In the past, particular under the regime of Suharto, summary executions occurred massively, and remains unpunished until present. Thousands, perhaps even one million people have been victims of summary execution during the 1965-1966 massacre, the mysterious shooting (Penembakan Misterius – Petrus) of 1981-1983, the Tanjung Priok case of 1984, the Talangsari case of 1989, the military operation and emergency period in Aceh from 1989-1998 and 2003, the 1998 May tragedy, the student shooting in Trisakti and Semanggi in 1998-1999, the case of Wasior and Wamena Papua 2001 and 2003, and various cases occurring in Papua, such as the cases of Puncak Jaya 1977-1978, as well as the Abepura case of 2000. Despite the Abepura case being prosecuted in the Makassar district court in 2005, the court failed to find evidence and finally released all the perpetrators. The government has also failed to address various recent cases of summary executions, such as the Paniai case, and the brutal attack and murder of Vijay Pauspaus in Sanggeng Manokwari Barat.

The recurrence of extrajudicial executions in Indonesia is largely due to the impunity enjoyed by the offenders, especially if they are part of the police or military institutions. For instance in the death of La Gode, the Sula Police Station prefers to internally discipline the police officers who had illegally arrested and transferred La Gode to the Military Post of Task Force (Satgas) 732/Buana. The internal ethic mechanism conducted on 31 March 2018 at the Sula Police Station ruled that:

  1. Police Chief Brigadier Zaenuddin Ahmad was to get 21 days detention, one year suspension of rank, promotion and educational training.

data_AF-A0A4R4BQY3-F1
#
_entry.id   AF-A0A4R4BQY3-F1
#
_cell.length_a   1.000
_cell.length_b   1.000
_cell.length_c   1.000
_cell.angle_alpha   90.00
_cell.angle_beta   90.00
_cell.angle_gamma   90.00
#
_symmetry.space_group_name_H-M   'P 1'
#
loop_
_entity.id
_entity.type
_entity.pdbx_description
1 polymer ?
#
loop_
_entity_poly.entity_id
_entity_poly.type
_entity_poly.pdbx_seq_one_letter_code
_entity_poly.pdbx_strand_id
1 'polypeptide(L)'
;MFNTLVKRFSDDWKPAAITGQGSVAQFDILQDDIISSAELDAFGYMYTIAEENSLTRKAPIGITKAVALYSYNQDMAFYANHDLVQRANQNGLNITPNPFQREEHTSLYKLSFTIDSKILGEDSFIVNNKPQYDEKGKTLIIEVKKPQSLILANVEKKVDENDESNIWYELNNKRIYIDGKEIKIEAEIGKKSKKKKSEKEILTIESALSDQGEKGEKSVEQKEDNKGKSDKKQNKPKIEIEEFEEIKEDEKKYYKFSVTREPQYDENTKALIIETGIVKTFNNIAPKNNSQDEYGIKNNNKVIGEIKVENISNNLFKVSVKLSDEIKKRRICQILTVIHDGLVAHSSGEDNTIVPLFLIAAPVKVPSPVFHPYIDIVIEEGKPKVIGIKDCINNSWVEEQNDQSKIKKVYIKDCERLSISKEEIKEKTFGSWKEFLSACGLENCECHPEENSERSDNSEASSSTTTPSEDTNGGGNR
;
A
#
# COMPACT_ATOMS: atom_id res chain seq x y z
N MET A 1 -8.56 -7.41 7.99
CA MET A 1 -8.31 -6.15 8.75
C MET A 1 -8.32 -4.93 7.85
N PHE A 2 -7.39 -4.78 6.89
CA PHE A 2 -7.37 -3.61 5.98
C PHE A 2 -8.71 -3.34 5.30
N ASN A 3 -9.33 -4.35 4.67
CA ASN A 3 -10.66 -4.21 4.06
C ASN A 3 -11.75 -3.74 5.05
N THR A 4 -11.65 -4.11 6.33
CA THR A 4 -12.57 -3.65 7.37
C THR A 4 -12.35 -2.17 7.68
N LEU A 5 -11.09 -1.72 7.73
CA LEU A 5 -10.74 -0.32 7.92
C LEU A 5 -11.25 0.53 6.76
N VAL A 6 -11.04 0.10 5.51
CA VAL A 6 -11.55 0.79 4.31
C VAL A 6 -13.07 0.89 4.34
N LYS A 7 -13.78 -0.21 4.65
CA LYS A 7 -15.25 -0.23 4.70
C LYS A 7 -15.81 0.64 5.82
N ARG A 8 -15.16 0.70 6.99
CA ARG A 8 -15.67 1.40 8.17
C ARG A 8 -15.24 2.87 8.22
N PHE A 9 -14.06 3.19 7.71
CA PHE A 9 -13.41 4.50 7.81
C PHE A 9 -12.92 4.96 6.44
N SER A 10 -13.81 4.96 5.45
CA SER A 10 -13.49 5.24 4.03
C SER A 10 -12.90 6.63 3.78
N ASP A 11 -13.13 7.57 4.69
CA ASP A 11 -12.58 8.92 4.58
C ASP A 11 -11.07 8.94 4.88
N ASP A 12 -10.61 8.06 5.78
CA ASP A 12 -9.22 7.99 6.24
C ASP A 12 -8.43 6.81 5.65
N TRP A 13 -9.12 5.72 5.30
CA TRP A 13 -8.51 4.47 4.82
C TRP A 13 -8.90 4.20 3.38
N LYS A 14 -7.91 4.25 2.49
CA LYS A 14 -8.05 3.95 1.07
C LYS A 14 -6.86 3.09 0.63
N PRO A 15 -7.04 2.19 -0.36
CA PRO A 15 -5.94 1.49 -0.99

2. Police Brigadier Harifin Idu was to get 21 days detention, two years suspension of rank, promotion, annulment of his current position in Police Administration and one year suspension of his regular salary.
    3. Police Brigadier Mardin was to be punished with 21 days detention with six months suspension of educational training.

Extrajudicial execution committed by the police is also caused due to the lack of commitment by the government to implement internal police regulations on human rights. The Internal Police Regulation No. 8 of 2009 on the Implementation of Human Rights Principles and Standards in the Discharge of Duties of the Indonesian National Police, and the Standard Operational Procedures like the SOP No 1/X/ 2010 on Countermeasures on Anarchy, and SOP No 14 of 2012 on the Investigation Management of Crimes have all remained on paper thus far.

In view of the above situation, the ALRC requests the UN Human Rights Council to undertake studies to assess the root causes of extrajudicial executions in Indonesia. The Council should not merely work with the Indonesian government, but should also work and support the Indonesian civil society at large in dealing with recurrence and massive extrajudicial executions in Indonesia.